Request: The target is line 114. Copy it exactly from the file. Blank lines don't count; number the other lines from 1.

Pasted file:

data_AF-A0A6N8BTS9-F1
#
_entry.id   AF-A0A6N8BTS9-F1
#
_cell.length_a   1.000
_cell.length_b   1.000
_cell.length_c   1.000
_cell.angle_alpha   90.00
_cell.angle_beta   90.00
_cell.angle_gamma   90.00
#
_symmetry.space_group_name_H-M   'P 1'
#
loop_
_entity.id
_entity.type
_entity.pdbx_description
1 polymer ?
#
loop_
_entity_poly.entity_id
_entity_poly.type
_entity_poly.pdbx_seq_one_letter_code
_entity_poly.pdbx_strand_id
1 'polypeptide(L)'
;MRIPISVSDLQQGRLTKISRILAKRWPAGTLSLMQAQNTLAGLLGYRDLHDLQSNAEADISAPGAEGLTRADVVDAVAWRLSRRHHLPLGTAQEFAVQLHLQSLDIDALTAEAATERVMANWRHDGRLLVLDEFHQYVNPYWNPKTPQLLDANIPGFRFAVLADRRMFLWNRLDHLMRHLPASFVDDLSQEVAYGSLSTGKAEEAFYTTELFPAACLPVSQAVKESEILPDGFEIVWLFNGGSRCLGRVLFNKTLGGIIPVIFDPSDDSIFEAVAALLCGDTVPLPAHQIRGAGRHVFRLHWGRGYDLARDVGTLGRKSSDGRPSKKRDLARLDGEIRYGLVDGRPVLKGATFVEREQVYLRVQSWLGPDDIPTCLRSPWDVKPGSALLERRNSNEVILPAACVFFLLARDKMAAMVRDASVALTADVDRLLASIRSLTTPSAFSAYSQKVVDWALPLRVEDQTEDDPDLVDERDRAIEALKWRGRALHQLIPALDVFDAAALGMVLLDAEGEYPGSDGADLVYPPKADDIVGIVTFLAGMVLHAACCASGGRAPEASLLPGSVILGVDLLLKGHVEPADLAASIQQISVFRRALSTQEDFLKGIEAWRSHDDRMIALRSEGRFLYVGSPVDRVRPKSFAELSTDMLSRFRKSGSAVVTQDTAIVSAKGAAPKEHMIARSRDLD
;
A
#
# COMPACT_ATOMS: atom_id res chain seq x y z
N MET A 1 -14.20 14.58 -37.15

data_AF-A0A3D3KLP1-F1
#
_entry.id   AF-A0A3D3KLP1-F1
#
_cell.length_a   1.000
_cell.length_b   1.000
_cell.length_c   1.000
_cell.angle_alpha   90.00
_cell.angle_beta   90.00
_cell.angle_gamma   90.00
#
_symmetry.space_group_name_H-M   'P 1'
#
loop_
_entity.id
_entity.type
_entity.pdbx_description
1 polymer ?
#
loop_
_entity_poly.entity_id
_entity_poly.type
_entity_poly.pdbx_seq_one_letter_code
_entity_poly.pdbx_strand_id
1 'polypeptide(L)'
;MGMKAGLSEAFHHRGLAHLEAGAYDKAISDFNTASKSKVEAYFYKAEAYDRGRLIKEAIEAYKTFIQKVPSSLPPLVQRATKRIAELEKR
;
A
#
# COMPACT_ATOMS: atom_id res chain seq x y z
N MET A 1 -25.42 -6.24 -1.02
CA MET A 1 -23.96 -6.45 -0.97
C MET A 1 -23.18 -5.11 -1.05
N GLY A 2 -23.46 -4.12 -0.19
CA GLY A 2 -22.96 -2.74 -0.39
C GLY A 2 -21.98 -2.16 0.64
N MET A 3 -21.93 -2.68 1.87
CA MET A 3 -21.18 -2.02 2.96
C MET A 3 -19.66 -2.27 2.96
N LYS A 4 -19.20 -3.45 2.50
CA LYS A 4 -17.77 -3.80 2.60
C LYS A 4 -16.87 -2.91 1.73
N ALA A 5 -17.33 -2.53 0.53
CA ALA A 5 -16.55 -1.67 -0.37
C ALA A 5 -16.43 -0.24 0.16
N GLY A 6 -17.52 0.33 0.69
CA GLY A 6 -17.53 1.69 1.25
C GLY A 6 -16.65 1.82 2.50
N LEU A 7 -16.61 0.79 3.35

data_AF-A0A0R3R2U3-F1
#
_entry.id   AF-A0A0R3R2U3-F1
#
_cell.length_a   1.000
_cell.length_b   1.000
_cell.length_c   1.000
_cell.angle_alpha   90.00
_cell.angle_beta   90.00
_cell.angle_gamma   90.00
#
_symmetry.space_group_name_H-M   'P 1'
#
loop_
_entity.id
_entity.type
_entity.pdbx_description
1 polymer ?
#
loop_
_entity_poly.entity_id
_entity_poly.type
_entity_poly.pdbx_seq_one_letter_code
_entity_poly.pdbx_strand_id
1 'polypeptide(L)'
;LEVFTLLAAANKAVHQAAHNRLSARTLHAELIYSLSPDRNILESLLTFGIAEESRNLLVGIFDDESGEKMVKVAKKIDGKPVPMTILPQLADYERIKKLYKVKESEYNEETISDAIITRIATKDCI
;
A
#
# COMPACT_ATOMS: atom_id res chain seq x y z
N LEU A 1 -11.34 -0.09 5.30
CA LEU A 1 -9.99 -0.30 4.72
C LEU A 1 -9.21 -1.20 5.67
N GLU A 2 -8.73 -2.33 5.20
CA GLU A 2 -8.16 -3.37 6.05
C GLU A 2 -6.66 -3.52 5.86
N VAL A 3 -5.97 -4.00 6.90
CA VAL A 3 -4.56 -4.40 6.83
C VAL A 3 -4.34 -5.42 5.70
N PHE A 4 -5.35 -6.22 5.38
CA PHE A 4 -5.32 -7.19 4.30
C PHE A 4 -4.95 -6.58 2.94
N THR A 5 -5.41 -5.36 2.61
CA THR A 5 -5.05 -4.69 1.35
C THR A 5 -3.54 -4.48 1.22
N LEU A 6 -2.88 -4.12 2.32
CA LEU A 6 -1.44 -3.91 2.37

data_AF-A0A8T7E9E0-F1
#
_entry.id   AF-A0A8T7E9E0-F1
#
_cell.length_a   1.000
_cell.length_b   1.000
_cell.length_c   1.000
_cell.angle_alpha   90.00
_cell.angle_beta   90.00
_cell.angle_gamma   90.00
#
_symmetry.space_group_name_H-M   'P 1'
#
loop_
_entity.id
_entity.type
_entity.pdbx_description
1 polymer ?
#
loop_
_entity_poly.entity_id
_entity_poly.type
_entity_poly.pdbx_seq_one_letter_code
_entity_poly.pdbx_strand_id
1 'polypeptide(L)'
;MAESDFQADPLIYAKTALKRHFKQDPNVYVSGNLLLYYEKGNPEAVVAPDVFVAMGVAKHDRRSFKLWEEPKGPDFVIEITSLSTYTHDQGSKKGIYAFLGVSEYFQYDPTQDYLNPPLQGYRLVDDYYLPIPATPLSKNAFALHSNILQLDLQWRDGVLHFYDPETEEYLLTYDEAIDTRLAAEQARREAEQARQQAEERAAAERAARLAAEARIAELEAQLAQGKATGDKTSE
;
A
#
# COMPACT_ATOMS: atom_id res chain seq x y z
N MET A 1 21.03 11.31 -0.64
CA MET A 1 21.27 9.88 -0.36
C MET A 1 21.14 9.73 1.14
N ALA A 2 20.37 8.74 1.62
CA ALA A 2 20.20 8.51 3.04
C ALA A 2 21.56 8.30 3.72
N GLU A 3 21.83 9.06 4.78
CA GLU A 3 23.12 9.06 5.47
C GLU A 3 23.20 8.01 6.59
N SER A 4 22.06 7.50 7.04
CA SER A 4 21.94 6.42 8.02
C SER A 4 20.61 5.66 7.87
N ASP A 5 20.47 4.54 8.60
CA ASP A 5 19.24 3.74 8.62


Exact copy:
N GLU A 2 -8.73 -2.33 5.20